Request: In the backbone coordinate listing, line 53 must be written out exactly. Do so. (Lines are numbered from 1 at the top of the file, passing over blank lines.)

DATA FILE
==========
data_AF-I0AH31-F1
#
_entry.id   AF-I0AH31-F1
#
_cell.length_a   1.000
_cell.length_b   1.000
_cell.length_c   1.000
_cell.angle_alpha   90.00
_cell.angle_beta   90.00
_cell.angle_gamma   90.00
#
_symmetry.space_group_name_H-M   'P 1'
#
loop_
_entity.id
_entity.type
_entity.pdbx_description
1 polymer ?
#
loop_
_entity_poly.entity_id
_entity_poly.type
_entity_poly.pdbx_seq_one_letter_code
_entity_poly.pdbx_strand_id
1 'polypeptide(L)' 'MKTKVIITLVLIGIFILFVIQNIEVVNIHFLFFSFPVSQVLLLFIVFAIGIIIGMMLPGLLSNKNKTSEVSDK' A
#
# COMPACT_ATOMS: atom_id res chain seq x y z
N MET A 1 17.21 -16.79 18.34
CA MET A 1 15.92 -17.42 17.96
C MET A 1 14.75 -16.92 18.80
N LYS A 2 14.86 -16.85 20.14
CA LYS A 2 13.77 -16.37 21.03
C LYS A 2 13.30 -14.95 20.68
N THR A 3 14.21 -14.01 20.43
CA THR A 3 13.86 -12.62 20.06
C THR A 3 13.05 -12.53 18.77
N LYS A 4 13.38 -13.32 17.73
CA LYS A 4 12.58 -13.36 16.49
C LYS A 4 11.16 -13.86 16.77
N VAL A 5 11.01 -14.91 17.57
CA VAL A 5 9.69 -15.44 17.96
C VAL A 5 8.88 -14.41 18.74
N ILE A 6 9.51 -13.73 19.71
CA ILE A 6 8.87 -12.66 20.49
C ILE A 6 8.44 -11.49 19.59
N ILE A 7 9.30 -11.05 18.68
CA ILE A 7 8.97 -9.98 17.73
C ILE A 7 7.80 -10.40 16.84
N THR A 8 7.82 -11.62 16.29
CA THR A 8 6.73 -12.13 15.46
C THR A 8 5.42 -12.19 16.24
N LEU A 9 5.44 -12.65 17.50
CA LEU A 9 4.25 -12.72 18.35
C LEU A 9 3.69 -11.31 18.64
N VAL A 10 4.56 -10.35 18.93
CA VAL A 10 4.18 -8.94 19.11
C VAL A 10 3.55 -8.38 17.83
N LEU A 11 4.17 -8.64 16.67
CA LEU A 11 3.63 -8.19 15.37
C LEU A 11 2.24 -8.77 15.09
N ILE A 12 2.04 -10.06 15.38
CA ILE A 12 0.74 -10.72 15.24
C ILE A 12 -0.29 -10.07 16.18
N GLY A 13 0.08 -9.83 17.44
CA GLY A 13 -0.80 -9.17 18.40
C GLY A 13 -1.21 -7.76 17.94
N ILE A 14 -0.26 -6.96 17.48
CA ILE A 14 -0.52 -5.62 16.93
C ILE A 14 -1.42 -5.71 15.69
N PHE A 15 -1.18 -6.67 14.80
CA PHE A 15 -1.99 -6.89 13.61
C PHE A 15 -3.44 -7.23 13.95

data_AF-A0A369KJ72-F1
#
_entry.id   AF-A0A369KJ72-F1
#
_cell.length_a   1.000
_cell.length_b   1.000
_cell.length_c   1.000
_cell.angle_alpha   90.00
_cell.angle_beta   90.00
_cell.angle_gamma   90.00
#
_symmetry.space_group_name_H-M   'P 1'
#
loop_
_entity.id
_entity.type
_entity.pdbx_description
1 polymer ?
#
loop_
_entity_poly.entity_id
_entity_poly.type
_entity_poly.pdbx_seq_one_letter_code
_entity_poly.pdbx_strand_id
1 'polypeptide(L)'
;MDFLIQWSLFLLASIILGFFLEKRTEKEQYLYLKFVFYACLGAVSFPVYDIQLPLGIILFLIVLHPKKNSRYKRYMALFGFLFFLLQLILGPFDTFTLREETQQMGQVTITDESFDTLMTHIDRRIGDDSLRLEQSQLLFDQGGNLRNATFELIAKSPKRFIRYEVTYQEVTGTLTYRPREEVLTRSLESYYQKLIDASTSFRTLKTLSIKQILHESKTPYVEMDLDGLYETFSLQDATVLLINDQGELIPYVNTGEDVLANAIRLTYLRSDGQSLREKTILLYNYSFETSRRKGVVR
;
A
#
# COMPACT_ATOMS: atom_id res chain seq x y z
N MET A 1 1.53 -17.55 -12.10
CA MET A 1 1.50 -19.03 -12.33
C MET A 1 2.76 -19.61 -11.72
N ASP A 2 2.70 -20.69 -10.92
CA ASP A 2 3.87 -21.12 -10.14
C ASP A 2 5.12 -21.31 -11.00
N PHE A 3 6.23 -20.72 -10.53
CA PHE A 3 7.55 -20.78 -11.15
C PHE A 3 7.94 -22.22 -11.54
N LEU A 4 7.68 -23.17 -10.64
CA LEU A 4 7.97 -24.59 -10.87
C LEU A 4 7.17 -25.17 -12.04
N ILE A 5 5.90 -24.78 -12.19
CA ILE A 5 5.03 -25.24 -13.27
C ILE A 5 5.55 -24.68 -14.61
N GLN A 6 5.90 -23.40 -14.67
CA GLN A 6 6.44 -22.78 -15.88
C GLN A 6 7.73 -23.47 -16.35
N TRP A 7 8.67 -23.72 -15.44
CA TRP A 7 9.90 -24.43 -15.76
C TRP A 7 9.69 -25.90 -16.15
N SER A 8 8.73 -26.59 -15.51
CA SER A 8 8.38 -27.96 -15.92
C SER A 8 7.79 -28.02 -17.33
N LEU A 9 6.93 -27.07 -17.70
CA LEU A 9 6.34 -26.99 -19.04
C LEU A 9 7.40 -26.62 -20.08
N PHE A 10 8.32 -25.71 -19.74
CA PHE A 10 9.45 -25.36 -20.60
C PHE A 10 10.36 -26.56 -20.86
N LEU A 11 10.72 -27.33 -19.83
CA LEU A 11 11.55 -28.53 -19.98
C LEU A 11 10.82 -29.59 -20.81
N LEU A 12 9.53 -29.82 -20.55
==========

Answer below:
CA LEU A 9 4.25 -12.72 18.35